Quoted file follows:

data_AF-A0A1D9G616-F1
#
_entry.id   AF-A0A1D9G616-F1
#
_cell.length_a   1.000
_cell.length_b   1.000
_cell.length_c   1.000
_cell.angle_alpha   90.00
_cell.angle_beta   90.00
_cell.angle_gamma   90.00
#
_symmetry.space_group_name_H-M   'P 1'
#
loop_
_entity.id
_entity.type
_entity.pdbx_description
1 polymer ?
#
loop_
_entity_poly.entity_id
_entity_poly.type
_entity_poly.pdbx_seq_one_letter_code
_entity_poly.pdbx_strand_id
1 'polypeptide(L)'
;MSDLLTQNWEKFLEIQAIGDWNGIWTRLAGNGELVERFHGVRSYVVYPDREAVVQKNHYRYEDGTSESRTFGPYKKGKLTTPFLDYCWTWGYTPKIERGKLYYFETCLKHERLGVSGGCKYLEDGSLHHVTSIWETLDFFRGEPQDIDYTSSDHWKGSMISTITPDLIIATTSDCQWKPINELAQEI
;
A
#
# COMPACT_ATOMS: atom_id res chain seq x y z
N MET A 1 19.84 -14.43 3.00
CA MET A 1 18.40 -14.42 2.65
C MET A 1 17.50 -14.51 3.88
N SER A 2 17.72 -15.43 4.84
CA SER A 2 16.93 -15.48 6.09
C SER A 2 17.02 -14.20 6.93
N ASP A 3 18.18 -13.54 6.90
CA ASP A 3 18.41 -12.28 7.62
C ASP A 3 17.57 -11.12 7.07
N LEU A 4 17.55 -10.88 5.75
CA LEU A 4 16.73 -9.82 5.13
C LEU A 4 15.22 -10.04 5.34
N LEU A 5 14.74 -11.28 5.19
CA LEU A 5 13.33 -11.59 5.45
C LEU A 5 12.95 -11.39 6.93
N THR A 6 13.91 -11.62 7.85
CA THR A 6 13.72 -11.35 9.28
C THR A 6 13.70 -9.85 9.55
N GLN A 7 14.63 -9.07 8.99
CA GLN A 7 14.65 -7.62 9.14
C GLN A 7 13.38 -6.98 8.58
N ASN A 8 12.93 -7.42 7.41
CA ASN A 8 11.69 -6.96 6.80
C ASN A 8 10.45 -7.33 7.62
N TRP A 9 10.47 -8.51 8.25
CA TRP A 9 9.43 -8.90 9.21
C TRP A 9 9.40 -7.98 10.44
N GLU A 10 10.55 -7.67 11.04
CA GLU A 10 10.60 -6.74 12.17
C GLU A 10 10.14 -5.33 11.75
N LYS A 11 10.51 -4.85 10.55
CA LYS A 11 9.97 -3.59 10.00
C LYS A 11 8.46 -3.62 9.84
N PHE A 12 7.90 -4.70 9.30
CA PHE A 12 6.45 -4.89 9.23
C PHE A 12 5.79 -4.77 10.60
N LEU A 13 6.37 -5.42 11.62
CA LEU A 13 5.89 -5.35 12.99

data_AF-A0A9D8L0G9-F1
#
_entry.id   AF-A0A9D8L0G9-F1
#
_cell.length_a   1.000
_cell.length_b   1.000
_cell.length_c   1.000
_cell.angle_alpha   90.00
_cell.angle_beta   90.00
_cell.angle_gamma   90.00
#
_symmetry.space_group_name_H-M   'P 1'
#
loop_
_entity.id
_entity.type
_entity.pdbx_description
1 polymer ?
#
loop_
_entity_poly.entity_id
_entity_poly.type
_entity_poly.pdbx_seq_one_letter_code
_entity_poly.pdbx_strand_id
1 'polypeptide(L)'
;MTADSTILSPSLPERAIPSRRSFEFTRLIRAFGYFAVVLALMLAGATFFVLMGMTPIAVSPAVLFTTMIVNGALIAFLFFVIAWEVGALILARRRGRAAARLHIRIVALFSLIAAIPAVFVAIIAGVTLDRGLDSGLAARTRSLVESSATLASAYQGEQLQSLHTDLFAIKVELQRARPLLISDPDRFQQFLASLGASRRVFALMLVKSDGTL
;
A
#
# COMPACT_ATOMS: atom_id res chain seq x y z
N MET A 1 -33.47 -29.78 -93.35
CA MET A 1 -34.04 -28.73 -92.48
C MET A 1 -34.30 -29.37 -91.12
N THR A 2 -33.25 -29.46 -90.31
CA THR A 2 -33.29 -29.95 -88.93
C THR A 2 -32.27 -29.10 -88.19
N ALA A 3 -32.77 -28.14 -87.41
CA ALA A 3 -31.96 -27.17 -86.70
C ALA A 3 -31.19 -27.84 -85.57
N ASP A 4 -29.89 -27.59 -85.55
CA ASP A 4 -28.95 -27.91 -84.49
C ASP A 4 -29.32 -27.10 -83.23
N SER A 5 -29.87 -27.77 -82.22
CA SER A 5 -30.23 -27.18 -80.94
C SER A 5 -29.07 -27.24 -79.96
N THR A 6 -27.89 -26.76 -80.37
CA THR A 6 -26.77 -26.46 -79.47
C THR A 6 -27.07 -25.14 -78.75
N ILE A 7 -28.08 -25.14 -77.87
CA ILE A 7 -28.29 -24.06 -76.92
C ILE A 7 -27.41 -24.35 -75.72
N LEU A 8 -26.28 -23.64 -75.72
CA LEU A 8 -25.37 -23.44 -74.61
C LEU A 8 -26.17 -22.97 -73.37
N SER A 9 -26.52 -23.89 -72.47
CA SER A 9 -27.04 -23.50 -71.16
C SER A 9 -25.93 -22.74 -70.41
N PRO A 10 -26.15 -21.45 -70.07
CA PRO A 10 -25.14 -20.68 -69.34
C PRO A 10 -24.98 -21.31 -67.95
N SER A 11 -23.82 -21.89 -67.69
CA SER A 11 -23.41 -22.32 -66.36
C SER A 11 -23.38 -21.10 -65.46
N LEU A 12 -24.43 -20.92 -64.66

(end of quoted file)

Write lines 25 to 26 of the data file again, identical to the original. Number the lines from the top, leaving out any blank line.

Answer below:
1 'polypeptide(L)'
;MSDLLTQNWEKFLEIQAIGDWNGIWTRLAGNGELVERFHGVRSYVVYPDREAVVQKNHYRYEDGTSESRTFGPYKKGKLTTPFLDYCWTWGYTPKIERGKLYYFETCLKHERLGVSGGCKYLEDGSLHHVTSIWETLDFFRGEPQDIDYTSSDHWKGSMISTITPDLIIATTSDCQWKPINELAQEI